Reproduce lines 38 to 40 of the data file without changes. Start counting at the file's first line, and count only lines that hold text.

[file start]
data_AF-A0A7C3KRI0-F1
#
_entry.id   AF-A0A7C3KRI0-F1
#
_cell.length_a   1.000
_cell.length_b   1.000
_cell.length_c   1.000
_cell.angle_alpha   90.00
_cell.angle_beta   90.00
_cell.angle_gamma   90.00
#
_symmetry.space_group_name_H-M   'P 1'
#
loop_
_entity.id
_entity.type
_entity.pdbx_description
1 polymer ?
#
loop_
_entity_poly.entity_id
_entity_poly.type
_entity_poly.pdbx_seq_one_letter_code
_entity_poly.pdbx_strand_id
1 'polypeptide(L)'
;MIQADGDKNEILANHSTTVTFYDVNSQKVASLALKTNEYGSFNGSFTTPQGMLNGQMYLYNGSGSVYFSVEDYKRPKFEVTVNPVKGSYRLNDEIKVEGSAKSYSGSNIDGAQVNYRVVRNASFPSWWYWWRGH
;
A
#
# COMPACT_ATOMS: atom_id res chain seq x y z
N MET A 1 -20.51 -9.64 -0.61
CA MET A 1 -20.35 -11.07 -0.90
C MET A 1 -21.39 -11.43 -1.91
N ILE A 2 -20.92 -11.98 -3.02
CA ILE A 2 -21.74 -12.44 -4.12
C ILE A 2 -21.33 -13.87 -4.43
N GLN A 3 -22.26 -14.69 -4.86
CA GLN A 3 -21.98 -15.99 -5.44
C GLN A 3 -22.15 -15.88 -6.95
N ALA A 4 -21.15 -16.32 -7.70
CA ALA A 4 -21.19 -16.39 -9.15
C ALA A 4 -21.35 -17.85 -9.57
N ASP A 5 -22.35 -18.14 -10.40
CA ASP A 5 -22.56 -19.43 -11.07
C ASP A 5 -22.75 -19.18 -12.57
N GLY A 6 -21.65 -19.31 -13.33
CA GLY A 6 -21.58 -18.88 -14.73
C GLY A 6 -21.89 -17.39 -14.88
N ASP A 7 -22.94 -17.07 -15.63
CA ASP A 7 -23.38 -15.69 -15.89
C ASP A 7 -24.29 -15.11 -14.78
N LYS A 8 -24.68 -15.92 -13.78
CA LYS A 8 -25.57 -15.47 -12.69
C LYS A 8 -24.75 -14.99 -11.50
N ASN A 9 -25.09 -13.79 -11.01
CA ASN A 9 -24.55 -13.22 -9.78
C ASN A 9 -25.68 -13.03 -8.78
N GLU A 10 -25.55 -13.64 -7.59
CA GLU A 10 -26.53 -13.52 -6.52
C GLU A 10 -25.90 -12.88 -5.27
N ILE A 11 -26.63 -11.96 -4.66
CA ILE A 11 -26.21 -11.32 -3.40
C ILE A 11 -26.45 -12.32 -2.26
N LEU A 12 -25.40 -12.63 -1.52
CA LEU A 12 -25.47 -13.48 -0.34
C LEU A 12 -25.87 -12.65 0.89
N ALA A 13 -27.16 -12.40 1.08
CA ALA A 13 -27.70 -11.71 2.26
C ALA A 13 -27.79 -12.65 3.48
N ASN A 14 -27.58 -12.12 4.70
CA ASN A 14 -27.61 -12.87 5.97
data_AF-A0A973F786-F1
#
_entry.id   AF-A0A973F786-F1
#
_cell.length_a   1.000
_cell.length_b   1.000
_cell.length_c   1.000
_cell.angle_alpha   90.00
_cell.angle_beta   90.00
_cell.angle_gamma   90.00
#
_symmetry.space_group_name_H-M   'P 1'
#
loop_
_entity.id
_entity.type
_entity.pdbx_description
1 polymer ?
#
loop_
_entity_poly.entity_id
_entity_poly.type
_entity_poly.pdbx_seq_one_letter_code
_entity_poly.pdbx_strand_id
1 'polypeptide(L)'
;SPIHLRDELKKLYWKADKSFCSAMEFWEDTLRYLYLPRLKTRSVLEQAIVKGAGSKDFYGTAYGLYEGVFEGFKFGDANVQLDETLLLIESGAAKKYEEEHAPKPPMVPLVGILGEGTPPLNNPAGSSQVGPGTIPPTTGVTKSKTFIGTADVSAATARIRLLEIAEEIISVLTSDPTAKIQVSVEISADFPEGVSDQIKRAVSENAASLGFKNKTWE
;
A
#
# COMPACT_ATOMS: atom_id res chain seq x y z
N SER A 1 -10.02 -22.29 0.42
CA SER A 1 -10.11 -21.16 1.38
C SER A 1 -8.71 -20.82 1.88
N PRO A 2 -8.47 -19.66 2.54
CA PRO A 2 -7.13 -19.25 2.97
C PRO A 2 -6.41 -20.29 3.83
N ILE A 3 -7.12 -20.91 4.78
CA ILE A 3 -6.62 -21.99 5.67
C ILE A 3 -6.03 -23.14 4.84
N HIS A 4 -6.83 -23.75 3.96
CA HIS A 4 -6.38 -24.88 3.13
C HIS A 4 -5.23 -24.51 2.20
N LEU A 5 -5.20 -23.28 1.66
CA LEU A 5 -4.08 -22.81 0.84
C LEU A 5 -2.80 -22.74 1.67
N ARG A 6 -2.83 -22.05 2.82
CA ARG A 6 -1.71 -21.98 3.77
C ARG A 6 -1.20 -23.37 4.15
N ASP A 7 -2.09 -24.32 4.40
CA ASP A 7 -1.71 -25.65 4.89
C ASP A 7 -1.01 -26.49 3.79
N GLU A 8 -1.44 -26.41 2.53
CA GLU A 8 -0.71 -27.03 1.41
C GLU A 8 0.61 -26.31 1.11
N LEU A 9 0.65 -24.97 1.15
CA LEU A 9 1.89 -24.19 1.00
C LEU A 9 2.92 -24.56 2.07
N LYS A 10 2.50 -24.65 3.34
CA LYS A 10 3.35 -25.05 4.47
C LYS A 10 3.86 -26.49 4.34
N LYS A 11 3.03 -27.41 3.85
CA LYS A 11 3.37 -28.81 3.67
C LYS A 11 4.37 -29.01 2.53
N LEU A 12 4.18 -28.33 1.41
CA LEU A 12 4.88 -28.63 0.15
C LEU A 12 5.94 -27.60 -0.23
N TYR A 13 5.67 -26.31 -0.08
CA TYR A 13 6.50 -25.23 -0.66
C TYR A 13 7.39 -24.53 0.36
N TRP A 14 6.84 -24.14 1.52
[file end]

CA GLN A 3 -21.98 -15.99 -5.44
C GLN A 3 -22.15 -15.88 -6.95
N ALA A 4 -21.15 -16.32 -7.70